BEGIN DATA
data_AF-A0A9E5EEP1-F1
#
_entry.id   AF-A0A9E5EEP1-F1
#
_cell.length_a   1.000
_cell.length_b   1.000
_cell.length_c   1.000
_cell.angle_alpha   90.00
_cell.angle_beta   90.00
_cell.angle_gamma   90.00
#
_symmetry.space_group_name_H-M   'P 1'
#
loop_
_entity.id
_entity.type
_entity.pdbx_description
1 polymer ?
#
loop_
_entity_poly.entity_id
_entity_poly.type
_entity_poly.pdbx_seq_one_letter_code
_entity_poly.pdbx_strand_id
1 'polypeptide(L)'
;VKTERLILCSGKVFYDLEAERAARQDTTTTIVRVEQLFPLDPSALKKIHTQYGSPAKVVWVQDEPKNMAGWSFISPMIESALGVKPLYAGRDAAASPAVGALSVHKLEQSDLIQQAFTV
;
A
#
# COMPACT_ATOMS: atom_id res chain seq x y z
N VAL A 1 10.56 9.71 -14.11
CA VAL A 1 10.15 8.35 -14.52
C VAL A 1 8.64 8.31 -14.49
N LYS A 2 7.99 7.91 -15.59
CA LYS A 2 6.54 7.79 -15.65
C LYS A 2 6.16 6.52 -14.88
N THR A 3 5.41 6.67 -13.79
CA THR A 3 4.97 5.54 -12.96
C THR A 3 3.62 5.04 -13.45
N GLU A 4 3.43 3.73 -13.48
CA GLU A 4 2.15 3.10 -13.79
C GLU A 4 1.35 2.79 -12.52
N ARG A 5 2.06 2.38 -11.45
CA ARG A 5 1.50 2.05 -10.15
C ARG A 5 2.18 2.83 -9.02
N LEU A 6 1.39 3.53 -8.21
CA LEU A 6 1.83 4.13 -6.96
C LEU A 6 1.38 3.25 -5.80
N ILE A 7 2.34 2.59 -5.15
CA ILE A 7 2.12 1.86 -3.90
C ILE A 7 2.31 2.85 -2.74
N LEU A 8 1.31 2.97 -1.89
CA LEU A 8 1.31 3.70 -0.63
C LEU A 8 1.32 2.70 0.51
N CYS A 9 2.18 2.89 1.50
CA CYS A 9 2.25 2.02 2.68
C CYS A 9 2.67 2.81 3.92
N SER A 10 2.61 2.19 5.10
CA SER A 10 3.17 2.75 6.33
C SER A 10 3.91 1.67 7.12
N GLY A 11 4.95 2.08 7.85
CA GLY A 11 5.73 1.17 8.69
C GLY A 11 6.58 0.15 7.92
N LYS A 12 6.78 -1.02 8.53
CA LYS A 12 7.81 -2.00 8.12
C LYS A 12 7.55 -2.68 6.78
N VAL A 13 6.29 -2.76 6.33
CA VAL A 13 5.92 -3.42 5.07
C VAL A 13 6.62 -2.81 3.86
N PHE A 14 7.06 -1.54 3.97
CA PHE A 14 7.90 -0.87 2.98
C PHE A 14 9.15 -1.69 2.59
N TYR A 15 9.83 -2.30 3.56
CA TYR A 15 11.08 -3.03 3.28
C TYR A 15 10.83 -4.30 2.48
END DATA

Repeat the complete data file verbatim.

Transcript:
data_AF-A0A9E5EEP1-F1
#
_entry.id   AF-A0A9E5EEP1-F1
#
_cell.length_a   1.000
_cell.length_b   1.000
_cell.length_c   1.000
_cell.angle_alpha   90.00
_cell.angle_beta   90.00
_cell.angle_gamma   90.00
#
_symmetry.space_group_name_H-M   'P 1'
#
loop_
_entity.id
_entity.type
_entity.pdbx_description
1 polymer ?
#
loop_
_entity_poly.entity_id
_entity_poly.type
_entity_poly.pdbx_seq_one_letter_code
_entity_poly.pdbx_strand_id
1 'polypeptide(L)'
;VKTERLILCSGKVFYDLEAERAARQDTTTTIVRVEQLFPLDPSALKKIHTQYGSPAKVVWVQDEPKNMAGWSFISPMIESALGVKPLYAGRDAAASPAVGALSVHKLEQSDLIQQAFTV
;
A
#
# COMPACT_ATOMS: atom_id res chain seq x y z
N VAL A 1 10.56 9.71 -14.11
CA VAL A 1 10.15 8.35 -14.52
C VAL A 1 8.64 8.31 -14.49
N LYS A 2 7.99 7.91 -15.59
CA LYS A 2 6.54 7.79 -15.65
C LYS A 2 6.16 6.52 -14.88
N THR A 3 5.41 6.67 -13.79
CA THR A 3 4.97 5.54 -12.96
C THR A 3 3.62 5.04 -13.45
N GLU A 4 3.43 3.73 -13.48
CA GLU A 4 2.15 3.10 -13.79
C GLU A 4 1.35 2.79 -12.52
N ARG A 5 2.06 2.38 -11.45
CA ARG A 5 1.50 2.05 -10.15
C ARG A 5 2.18 2.83 -9.02
N LEU A 6 1.39 3.53 -8.21
CA LEU A 6 1.83 4.13 -6.96
C LEU A 6 1.38 3.25 -5.80
N ILE A 7 2.34 2.59 -5.15
CA ILE A 7 2.12 1.86 -3.90
C ILE A 7 2.31 2.85 -2.74
N LEU A 8 1.31 2.97 -1.89
CA LEU A 8 1.31 3.70 -0.63
C LEU A 8 1.32 2.70 0.51
N CYS A 9 2.18 2.89 1.50
CA CYS A 9 2.25 2.02 2.68
C CYS A 9 2.67 2.81 3.92
N SER A 10 2.61 2.19 5.10
CA SER A 10 3.17 2.75 6.33
C SER A 10 3.91 1.67 7.12
N GLY A 11 4.95 2.08 7.85
CA GLY A 11 5.73 1.17 8.69
C GLY A 11 6.58 0.15 7.92
N LYS A 12 6.78 -1.02 8.53
CA LYS A 12 7.81 -2.00 8.12
C LYS A 12 7.55 -2.68 6.78
N VAL A 13 6.29 -2.76 6.33
CA VAL A 13 5.92 -3.42 5.07
C VAL A 13 6.62 -2.81 3.86
N PHE A 14 7.06 -1.54 3.97
CA PHE A 14 7.90 -0.87 2.98
C PHE A 14 9.15 -1.69 2.59
N TYR A 15 9.83 -2.30 3.56
CA TYR A 15 11.08 -3.03 3.28
C TYR A 15 10.83 -4.30 2.48